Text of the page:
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Thread: Balsa wood vs Leather strop

  1. #1
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    Default Balsa wood vs Leather strop

    i have been doing some research but I am abit confused. I am wondering if a balsa wood paddle strop would be ok for daily use by a newbie or should i just go with the highly recommended Filly.

  2. #2

    Default

    If this is a paddle vs. hanger question, I would strongly recommend using a hanging strop as opposed to a paddle.
    I consistently used a paddle for several months before I finally got around to getting a hanging strop and the difference is tremendous. Both were Tony Millers, but the hanging strop is the only way I have been able to consistently get a great shaving edge.

    Hope that answers your question.

  3. #3
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    A balsa paddle will not have the draw that a leather strop would so is not really an every day option. It would be great for pastes, especially super fine ones but not daily use. A leather paddle would be better for daily use, a leather hanging strop even better unless space is at a premium.

    Tony
    The Heirloom Razor Strop Company www.thewellshavedgentleman.com

  4. #4
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    I have seen this question arise before and think maybe there should be a little explenation to the reasoning behind what seems to be the obvious answer.

    So you get your first SR and shave with it. Wow, what a nice feeling! Shave was great. You clean up the razor and do the same tomorrow and the next day and suddenly you notice the blade doesn't feel as sharp as it did before. You know something has to be don, but what? You start to investigate and find there are different options and different answers.

    Hard leather, hard balsa, leather, linen, barbers hone the list goes on. Which should you use for daily use? The same question you asked. The simple answer is a leather strop, just like Tony said. But I think there is a different answer to this and here is why.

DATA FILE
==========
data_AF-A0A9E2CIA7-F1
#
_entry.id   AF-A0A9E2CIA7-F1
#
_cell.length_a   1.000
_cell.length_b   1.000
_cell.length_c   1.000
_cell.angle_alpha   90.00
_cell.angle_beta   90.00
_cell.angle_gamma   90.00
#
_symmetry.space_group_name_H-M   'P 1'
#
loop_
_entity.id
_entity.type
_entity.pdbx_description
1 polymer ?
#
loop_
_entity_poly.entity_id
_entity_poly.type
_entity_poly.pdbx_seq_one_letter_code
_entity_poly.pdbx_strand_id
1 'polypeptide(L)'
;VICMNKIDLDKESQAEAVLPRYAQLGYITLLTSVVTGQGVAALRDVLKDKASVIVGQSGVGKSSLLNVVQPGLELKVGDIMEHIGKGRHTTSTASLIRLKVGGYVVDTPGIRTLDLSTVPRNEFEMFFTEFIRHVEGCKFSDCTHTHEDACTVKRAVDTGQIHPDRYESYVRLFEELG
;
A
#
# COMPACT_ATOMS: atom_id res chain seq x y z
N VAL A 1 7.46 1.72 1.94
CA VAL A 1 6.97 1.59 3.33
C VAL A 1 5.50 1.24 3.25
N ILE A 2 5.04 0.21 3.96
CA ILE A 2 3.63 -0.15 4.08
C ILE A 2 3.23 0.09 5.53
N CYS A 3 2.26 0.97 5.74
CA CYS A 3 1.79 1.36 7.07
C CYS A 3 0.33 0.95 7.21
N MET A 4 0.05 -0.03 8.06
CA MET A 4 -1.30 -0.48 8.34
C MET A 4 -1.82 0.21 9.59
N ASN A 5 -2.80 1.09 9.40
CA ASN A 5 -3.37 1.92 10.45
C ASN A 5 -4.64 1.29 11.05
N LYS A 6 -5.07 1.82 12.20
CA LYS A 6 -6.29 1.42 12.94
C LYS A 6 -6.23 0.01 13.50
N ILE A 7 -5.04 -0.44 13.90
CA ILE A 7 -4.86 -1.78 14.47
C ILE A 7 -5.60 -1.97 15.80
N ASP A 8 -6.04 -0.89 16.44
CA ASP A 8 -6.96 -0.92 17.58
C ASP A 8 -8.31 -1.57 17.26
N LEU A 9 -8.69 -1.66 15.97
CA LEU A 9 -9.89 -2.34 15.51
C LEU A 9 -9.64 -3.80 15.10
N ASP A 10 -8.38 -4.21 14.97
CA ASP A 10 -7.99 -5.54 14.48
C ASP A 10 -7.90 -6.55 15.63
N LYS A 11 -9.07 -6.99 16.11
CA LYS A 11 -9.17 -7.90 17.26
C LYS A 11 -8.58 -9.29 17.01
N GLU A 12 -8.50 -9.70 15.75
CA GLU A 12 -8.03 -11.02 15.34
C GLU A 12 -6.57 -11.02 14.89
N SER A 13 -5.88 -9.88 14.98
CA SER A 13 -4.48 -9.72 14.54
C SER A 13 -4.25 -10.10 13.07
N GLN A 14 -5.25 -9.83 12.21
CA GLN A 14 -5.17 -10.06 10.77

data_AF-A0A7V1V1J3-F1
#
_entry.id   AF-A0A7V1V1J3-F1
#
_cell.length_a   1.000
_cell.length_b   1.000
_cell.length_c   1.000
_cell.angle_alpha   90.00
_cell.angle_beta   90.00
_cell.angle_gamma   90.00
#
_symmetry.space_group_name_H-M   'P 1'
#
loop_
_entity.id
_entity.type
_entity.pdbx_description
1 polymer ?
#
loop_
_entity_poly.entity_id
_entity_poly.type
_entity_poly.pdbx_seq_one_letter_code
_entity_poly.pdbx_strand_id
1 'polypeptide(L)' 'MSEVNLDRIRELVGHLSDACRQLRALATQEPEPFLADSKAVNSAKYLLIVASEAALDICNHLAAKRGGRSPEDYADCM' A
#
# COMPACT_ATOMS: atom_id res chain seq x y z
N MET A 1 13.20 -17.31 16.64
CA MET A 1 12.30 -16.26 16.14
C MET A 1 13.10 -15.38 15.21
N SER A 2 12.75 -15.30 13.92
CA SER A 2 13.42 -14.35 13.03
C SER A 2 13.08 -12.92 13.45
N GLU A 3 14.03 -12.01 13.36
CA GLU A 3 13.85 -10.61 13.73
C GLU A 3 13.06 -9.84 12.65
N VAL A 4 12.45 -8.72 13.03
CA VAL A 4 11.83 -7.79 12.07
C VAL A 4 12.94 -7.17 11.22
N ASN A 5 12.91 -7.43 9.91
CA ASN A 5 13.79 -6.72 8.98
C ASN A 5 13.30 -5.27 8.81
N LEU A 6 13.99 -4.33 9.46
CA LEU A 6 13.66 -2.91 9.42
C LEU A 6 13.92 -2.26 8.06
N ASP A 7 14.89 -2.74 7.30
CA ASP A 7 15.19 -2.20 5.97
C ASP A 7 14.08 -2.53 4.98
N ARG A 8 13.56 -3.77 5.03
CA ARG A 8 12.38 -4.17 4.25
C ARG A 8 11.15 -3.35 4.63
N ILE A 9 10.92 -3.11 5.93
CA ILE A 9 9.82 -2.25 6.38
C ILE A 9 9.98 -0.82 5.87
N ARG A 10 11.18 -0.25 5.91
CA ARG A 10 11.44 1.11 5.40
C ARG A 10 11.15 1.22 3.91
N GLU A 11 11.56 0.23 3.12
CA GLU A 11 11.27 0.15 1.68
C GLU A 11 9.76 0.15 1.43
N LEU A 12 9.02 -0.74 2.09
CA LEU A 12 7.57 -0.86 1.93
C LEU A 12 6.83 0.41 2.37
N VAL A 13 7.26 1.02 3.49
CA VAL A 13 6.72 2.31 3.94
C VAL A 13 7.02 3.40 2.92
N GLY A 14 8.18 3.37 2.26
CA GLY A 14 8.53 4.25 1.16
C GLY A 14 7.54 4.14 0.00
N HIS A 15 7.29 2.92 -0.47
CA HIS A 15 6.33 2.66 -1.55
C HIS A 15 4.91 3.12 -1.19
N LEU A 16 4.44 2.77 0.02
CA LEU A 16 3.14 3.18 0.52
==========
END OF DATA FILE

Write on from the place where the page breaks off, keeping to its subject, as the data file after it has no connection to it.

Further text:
Ask yourself, what happens to the edge as I use it? Well, if you were to take a look at your edge when it was new at say 12,000 or 15,000x it would look something like taking a piece of cheese and forming an edge with a grater. If you used a large greater the channels would be big and if you used a smaller size grater the channels would be small with a lot of peaks at the points. Sort of looks like a serated knife edge.

    As you use the razor those points start to bend over, remember this is at the microscopic level, and the razor feels dull. To midigate this we strop the razor on leather, looking for the draw that Tony talks about, and smooth these bends back into place. Thus, the razor feels sharp again.

    After time, maybe 6 to 10 shaves and stroppings, the bends break off and the normal daily maintenance of stropping doesn't improve the edge any. This is where we need to go to something other than the strop.

    There are several options - barbers hone, pasted strop, hard balsa, etc. But which one should I use. Well everyone has their own idea on this. Here is mine. When the strop stops working I prefer to go to just a few laps on a hard balsa strop with Crox applied. Now the first thing I need to say is that the use of balsa is not a matter of being cheap. If it were that we would just sand a 2x4 flat and load it up. Balsa has some unique qualities that make it ideal for our purposes. First it is soft. That makes the use of it very smooth. Second, and foremost, is its ability to hold material in its poures and present it to our razors edge in a nearly metered fashion. If it is applied correctly to the balsa, and most people do it incorrectly, it can last for quite some time. I have used mine on more than 150 razors I have honed and have not needed to reload it yet.

    The crox is equivalent to something like a 30k stone, so I have read. 6 to 10 strokes is quite sufficient on a properly loaded hard balsa strop to ready the edge for a leather strop. The leather strop will then smooth out and refine the crox stropping and most times the edge springs back to life. Because the feel of balsa is so soft though it used with to much pressure or to many strokes and the edge is partially destroyed. These can be very agressive and care must be taken when using them.